March 30th, 2018 was the first anniversary of the I-85 bridge burn and collapse here in Atlanta. We all remember where we were when we saw the black plumes belching over the late afternoon skyline. As I was taking a MARTA train from downtown Atlanta to my home Decatur, I gazed northward and I said to myself, "Must be a hell of a tire fire somewhere." Well, I was kind of correct.
This was supposed to be the opportunity for MARTA to "show its stuff" etc. Capture the hearts and minds of the Atlanta commuter, so to speak. At the end of the year I went to one of those transit conferences hoping to connect with liked-minded people, but really these breakfasts are just business leader schmooze sessions. This one was held at the W Hotel in Midtown and I was one of the few people who actually took mass transit to get there and you could hardly get into the place because the valets were overwhelmed trying to park cars. Nice cars. Expensive cars. No PT Cruisers.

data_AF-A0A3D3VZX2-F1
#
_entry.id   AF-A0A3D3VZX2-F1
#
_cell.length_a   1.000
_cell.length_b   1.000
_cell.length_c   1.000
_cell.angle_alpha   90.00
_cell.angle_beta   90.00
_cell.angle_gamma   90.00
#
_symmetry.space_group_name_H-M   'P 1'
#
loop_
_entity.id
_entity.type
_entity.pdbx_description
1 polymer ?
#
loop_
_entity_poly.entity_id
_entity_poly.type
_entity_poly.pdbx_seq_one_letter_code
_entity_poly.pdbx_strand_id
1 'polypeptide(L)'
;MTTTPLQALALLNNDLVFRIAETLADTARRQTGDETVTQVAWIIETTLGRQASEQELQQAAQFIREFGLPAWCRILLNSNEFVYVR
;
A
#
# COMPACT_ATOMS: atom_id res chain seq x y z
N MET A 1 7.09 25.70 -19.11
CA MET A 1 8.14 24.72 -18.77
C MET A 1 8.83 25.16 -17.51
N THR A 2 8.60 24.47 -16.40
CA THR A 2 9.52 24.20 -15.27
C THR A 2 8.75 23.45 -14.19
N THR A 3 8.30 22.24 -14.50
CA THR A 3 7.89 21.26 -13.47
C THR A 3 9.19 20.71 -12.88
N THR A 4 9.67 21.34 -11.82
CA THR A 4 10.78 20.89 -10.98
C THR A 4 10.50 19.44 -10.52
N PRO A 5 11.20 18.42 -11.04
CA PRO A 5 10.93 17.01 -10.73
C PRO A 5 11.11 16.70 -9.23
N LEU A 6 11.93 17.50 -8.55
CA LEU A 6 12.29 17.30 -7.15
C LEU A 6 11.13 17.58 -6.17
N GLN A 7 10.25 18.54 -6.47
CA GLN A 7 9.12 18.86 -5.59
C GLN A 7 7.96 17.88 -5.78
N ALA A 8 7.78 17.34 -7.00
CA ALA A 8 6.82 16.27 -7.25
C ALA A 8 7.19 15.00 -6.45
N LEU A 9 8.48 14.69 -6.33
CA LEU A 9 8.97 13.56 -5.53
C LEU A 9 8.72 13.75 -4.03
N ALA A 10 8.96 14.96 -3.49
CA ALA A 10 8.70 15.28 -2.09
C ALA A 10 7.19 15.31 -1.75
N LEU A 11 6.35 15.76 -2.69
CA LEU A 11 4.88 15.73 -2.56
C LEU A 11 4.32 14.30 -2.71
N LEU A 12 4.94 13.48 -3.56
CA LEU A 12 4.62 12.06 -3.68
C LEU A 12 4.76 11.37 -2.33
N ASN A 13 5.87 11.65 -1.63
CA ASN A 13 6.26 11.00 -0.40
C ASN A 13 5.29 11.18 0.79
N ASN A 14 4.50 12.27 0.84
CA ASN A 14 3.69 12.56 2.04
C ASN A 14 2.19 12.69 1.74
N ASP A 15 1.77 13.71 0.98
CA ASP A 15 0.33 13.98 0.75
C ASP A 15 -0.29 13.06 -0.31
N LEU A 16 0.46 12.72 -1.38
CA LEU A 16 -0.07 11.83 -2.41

No amount of bacon, runny scrambled eggs, and multiple PowerPoint presentations could redeem the experience, but I did learn one little fact about the bridge collapse and subsequent transit crisis -- MARTA ridership dipped in 2017! Yeah, thousands of drivers had to find new ways to get to work for a couple of months and at the end of the day MARTA could not keep that momentum. No one really addressed that interesting fact. Sometimes they say off-handedly that the low price of gasoline is the main factor, but I disagree. My explanation is twofold. You can ride MARTA a few times and think it's decent, but ride it consistently for a few weeks and you'll notice that the schedules are sporadic, and you will have the experience of standing on a platform for 20 to 30 minutes waiting on train during rush hour. At some point, you will be panhandled or preached to while on the train. And then once you are at your destination, you take your life into your hands trying not get run over as a pedestrian. You will consider yourself lucky if there is sidewalk or it's not closed by construction barricades.